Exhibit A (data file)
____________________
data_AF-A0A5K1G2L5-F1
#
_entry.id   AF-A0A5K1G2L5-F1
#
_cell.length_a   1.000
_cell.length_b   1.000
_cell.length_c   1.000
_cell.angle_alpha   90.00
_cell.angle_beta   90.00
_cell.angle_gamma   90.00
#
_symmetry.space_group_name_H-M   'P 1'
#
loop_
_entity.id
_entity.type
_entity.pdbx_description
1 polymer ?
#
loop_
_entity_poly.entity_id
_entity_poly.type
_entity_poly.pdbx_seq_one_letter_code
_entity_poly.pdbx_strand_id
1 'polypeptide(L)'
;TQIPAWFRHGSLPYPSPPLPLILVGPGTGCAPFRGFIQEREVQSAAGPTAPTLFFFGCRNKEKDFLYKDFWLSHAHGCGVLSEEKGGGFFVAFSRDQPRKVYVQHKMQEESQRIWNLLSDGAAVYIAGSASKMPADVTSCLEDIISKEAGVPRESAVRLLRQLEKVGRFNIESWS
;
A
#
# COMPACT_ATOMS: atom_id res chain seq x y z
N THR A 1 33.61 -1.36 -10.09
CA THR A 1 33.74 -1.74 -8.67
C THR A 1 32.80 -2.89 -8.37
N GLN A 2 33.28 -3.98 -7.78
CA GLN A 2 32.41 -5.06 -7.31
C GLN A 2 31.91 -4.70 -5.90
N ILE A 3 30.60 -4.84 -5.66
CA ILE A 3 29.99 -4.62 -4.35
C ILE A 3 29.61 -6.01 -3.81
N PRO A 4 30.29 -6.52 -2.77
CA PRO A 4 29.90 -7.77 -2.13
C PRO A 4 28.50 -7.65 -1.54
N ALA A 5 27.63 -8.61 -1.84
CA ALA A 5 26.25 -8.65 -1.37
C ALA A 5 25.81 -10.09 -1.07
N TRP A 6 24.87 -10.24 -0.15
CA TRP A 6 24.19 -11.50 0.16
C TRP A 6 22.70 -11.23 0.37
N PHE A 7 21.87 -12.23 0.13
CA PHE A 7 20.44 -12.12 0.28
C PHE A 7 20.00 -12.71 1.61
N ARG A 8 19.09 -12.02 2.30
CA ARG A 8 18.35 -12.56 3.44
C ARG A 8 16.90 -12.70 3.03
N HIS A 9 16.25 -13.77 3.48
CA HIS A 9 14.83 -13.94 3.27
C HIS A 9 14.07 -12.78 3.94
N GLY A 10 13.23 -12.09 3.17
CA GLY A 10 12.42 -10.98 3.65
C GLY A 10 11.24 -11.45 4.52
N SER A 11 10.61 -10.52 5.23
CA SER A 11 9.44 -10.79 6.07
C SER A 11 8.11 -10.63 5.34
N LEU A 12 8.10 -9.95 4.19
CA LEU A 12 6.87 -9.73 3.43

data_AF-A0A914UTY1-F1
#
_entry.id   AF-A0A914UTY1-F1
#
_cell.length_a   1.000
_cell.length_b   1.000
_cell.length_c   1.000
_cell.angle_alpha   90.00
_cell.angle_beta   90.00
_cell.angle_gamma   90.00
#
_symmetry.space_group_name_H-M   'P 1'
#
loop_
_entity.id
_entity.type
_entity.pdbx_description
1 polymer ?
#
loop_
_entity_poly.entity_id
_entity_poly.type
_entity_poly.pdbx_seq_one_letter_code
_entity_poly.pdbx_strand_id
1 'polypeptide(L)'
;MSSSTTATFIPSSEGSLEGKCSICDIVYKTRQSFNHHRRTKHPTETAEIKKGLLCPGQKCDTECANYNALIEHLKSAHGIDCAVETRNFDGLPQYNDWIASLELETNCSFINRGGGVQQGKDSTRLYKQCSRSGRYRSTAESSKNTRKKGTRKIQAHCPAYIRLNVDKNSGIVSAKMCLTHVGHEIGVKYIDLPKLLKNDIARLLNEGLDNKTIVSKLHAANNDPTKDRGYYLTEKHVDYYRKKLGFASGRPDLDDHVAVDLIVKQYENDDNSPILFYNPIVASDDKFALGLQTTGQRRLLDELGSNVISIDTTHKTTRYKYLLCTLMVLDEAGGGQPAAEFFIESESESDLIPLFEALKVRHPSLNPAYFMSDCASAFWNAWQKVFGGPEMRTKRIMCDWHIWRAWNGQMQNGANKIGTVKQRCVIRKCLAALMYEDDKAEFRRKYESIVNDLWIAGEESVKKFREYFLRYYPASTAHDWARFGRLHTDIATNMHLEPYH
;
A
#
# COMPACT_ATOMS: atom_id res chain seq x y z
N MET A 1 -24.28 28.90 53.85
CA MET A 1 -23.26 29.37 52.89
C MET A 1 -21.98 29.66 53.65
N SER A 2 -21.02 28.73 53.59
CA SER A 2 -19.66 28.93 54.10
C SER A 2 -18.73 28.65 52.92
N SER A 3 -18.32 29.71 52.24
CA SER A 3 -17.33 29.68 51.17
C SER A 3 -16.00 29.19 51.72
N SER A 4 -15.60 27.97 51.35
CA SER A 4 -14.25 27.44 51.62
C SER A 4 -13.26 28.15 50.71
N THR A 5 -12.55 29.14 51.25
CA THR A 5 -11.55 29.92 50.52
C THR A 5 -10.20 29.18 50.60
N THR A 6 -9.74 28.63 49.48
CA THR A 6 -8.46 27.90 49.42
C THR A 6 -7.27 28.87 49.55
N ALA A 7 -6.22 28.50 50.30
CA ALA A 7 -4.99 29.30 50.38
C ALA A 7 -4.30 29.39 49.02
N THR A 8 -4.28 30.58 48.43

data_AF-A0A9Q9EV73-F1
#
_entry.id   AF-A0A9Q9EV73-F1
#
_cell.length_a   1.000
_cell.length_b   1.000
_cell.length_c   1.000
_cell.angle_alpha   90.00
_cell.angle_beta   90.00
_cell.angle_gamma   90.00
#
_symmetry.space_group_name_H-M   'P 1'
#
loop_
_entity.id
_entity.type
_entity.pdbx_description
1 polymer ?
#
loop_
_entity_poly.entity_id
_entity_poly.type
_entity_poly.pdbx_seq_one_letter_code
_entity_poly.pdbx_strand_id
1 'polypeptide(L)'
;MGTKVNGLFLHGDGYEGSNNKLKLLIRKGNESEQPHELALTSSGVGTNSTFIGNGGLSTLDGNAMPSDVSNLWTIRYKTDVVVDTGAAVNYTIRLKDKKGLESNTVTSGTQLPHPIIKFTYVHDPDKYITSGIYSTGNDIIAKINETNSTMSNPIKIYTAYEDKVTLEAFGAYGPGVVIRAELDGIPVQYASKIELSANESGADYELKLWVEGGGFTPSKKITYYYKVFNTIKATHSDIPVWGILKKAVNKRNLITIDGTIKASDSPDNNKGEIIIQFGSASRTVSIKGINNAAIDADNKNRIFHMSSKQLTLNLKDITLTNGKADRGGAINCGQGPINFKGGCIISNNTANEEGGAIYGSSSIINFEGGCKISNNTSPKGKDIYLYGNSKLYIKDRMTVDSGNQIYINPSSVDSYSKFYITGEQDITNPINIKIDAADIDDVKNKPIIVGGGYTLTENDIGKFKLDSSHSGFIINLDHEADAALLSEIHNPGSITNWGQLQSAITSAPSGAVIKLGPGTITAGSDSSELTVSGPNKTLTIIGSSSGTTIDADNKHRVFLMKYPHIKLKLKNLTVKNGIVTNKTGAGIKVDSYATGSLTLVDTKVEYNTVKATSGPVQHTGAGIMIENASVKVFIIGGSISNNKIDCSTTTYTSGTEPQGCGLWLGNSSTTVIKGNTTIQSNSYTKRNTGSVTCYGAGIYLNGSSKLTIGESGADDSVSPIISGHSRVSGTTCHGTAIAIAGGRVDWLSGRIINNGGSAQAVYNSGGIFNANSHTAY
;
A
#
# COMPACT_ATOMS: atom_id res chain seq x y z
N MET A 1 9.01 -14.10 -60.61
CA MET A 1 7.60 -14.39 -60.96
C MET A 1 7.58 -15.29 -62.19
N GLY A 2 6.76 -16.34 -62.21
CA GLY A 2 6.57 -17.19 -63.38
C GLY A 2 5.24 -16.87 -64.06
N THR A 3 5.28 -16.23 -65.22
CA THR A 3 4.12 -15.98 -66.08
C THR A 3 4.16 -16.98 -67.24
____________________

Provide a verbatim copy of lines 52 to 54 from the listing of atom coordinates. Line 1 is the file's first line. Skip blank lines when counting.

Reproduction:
N ARG A 8 19.09 -12.02 2.30
CA ARG A 8 18.35 -12.56 3.44
C ARG A 8 16.90 -12.70 3.03